The last time Every Time I Die took to the stage in Toronto, they were forced to do so without frontman Keith Buckley. The evening before their scheduled set, Buckley returned home to Buffalo, having been notified that his pregnant wife had been hospitalized and was in critical condition. Buckley was prepared by doctors to lose everything, but fortunately lost nothing.
The next album Every Time I Die would write, Low Teens, was easily recognized as their most personal record to date, dealing with fear, loss and despondence. So last night (March 3), when Every Time I Die took to the stage with frontman and new father Buckley in support their new record, the mood was somewhat celebratory — and understandably so.
Every Time I Die brought with them three hardcore acts to open the night up. The first two, Eternal Sleep and Harms Way, provided a common soundtrack for a populating venue and an adequate stomping-ground for moshers, but the pit felt rather obligatory, as most who occupied it were simply acquiescing to the incessant command to “open this shit up.”
The communal anticipation really became palpable once Knocked Loose rolled in. Although it was apparent most the audience were in attendance exclusively for Every Time I Die, a sizable following made themselves known during Knocked Loose’s hard-hitting set. Breakdown after unrelenting breakdown caused the pit to swell until its width almost matched that the venue itself. Knocked Loose conducted the crowd into wilful submission with their insatiable lust for hurt, perfectly setting the stage for Every Time I Die.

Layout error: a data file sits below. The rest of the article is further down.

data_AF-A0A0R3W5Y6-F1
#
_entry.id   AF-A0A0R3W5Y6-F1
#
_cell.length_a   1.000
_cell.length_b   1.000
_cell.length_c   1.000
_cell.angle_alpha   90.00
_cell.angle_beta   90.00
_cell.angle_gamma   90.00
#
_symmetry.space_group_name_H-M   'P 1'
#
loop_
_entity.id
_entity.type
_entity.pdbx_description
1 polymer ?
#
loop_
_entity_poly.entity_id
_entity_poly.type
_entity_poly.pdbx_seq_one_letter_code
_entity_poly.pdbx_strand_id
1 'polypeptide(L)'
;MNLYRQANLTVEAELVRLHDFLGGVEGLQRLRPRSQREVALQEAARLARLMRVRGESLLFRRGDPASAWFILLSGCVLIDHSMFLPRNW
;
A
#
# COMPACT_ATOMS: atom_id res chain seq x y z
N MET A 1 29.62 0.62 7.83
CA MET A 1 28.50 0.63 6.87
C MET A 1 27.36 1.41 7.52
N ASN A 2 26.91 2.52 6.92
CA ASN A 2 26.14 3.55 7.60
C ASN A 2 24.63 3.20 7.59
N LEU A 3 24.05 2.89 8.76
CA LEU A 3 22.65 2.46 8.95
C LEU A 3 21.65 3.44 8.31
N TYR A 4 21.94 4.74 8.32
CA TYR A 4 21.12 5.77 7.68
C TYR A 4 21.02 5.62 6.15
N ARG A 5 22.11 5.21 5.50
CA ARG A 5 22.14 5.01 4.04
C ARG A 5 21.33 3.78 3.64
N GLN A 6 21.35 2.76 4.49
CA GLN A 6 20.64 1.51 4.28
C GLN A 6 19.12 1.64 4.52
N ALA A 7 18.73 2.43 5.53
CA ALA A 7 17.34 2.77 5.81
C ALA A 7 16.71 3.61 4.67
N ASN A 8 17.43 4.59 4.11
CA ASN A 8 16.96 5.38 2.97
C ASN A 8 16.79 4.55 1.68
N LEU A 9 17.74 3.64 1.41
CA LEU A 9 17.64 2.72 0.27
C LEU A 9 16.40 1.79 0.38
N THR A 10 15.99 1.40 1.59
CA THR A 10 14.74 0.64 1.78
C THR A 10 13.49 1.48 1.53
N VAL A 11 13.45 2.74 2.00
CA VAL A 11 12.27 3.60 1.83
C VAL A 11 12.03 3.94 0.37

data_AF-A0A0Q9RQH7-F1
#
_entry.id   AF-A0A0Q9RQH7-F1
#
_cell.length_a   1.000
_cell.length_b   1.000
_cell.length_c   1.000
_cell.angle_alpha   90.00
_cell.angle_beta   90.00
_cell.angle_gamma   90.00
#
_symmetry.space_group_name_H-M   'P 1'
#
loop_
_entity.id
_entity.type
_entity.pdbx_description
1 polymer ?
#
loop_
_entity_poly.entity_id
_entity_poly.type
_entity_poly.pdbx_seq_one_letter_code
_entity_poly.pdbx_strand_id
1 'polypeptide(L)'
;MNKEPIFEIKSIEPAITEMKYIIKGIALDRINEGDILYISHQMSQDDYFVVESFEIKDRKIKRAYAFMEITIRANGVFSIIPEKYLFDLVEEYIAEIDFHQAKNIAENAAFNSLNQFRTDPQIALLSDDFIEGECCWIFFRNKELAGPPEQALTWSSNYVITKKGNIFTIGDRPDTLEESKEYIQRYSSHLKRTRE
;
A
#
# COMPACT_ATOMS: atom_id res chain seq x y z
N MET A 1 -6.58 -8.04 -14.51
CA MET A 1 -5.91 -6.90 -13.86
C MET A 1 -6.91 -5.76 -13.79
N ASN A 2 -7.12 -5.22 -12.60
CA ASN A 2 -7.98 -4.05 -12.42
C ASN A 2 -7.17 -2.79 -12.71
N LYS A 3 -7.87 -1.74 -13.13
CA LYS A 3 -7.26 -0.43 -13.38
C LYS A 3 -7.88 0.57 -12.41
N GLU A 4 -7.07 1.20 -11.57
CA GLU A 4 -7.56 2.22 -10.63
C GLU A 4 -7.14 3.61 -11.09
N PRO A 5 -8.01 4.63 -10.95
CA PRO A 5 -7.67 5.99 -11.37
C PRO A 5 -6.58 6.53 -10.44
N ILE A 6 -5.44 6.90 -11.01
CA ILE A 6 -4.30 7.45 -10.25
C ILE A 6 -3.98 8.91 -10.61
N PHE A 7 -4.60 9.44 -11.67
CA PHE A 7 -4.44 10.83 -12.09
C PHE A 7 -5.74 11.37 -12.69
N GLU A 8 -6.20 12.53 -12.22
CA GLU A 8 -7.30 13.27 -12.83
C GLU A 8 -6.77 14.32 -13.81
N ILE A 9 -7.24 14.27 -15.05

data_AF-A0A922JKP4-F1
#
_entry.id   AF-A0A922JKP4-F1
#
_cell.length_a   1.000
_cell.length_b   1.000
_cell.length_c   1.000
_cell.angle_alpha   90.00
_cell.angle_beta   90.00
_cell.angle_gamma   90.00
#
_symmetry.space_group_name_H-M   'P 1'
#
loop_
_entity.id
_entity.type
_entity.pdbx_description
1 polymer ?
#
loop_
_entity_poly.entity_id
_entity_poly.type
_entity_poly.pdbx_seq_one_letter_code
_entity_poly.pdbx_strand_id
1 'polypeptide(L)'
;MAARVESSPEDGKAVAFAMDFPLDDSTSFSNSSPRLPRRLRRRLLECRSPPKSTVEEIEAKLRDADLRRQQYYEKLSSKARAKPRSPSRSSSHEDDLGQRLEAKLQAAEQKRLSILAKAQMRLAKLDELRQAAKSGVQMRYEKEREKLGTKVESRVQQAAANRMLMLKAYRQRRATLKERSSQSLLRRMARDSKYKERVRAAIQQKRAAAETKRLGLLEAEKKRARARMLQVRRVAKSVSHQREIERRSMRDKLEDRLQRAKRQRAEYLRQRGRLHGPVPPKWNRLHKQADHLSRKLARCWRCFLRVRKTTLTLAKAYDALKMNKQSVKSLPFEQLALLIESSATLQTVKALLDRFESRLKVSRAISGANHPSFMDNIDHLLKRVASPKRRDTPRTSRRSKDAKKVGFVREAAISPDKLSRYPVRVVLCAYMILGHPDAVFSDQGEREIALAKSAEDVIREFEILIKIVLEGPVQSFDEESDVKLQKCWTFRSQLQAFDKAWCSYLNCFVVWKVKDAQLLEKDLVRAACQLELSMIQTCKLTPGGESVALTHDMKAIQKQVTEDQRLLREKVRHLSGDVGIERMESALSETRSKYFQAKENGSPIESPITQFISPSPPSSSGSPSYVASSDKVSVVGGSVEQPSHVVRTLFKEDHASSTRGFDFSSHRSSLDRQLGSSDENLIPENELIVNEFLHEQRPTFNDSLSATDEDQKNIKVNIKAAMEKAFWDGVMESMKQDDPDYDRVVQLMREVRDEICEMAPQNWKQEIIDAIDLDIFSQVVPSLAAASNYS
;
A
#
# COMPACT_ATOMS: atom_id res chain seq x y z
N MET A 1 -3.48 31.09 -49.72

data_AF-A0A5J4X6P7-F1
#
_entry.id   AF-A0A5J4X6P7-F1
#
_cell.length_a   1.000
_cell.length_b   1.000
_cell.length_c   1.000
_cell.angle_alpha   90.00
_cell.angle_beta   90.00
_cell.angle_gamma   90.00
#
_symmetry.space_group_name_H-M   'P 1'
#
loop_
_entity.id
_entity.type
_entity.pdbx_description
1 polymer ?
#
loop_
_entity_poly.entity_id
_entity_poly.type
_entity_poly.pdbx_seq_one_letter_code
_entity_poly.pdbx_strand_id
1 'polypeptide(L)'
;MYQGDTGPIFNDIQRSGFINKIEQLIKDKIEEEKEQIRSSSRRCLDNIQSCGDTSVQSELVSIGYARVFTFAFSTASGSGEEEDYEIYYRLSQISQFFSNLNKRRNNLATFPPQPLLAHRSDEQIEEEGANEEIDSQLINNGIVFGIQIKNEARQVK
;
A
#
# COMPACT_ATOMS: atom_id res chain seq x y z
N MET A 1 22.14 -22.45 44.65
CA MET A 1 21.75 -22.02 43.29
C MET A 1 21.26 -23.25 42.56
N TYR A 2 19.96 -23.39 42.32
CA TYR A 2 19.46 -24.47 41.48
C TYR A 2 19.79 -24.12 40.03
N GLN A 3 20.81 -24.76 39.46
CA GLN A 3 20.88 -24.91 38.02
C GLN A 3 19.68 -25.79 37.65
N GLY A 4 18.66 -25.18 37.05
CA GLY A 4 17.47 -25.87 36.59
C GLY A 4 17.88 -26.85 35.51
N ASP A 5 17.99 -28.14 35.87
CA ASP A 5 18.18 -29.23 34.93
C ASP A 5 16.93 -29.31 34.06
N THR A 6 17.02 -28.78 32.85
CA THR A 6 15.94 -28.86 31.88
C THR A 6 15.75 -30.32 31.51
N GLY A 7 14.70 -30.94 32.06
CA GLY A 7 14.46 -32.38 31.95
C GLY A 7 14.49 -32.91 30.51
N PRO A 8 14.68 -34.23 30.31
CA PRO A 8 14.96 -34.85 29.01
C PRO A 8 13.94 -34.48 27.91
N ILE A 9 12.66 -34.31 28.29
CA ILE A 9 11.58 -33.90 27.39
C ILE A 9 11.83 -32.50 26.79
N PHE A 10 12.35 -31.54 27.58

At 9:30 p.m. sharp, the lights dimmed, the cover from the backdrop was pulled, and the sold-out crowd erupted. Every Time I Die had arrived.
The hardcore veterans absolutely pelted the crowd with an unforgiving 22-song set, fering little time in between performances for audience members to lick their wounds. The set was largely comprised tracks from Low Teens, but long-time fans were rewarded with some their favourites f past releases, including “Emergency Broadcast Syndrome” from Last Night in Town, the band’s 2001 debut full-length.
Having been in the game for so long, Every Time I Die performed a perfectly rehearsed set, leaving little room for error or improvisation. Even the moments meant to feel extemporaneous, such as their “Bored Stiff” gaffe, were very much scripted and evidently so. Fans that have seen Every Time I Die before received exactly what was to be expected: a flawless, yet familiar act. For all the first-timers: rest well.